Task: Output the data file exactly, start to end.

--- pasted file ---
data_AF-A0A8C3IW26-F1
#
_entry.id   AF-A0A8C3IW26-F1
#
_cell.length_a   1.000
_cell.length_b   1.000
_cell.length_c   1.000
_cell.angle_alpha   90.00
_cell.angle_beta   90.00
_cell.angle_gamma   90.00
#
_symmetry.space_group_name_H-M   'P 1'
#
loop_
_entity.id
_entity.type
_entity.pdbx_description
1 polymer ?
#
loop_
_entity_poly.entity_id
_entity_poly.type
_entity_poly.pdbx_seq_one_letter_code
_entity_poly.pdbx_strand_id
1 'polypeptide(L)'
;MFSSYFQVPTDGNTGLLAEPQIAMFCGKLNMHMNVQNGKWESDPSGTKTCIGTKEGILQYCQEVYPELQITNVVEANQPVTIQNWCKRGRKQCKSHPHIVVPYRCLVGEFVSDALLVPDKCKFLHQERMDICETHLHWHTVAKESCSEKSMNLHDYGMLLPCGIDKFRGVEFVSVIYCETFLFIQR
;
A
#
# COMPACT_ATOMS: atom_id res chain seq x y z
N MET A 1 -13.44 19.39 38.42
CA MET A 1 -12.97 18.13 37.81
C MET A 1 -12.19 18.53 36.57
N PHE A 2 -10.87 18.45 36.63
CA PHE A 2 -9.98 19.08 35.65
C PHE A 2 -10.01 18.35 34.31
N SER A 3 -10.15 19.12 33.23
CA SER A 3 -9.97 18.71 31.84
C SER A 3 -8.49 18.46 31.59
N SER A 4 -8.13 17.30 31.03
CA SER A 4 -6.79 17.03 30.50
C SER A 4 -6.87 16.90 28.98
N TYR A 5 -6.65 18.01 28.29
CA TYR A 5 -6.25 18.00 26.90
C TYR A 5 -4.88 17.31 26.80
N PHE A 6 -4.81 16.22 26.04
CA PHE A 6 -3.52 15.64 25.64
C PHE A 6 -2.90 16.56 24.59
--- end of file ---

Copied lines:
data_AF-A0A8C3IW26-F1
#
_entry.id   AF-A0A8C3IW26-F1
#
_cell.length_a   1.000
_cell.length_b   1.000
_cell.length_c   1.000
_cell.angle_alpha   90.00
_cell.angle_beta   90.00
_cell.angle_gamma   90.00
#
_symmetry.space_group_name_H-M   'P 1'
#
loop_
_entity.id
_entity.type
_entity.pdbx_description
1 polymer ?
#
loop_
_entity_poly.entity_id
_entity_poly.type
_entity_poly.pdbx_seq_one_letter_code
_entity_poly.pdbx_strand_id
1 'polypeptide(L)'
;MFSSYFQVPTDGNTGLLAEPQIAMFCGKLNMHMNVQNGKWESDPSGTKTCIGTKEGILQYCQEVYPELQITNVVEANQPVTIQNWCKRGRKQCKSHPHIVVPYRCLVGEFVSDALLVPDKCKFLHQERMDICETHLHWHTVAKESCSEKSMNLHDYGMLLPCGIDKFRGVEFVSVIYCETFLFIQR
;
A
#
# COMPACT_ATOMS: atom_id res chain seq x y z
N MET A 1 -13.44 19.39 38.42
CA MET A 1 -12.97 18.13 37.81
C MET A 1 -12.19 18.53 36.57
N PHE A 2 -10.87 18.45 36.63
CA PHE A 2 -9.98 19.08 35.65
C PHE A 2 -10.01 18.35 34.31
N SER A 3 -10.15 19.12 33.23
CA SER A 3 -9.97 18.71 31.84
C SER A 3 -8.49 18.46 31.59
N SER A 4 -8.13 17.30 31.03
CA SER A 4 -6.79 17.03 30.50
C SER A 4 -6.87 16.90 28.98
N TYR A 5 -6.65 18.01 28.29
CA TYR A 5 -6.25 18.00 26.90
C TYR A 5 -4.88 17.31 26.80
N PHE A 6 -4.81 16.22 26.04
CA PHE A 6 -3.52 15.64 25.64
C PHE A 6 -2.90 16.56 24.59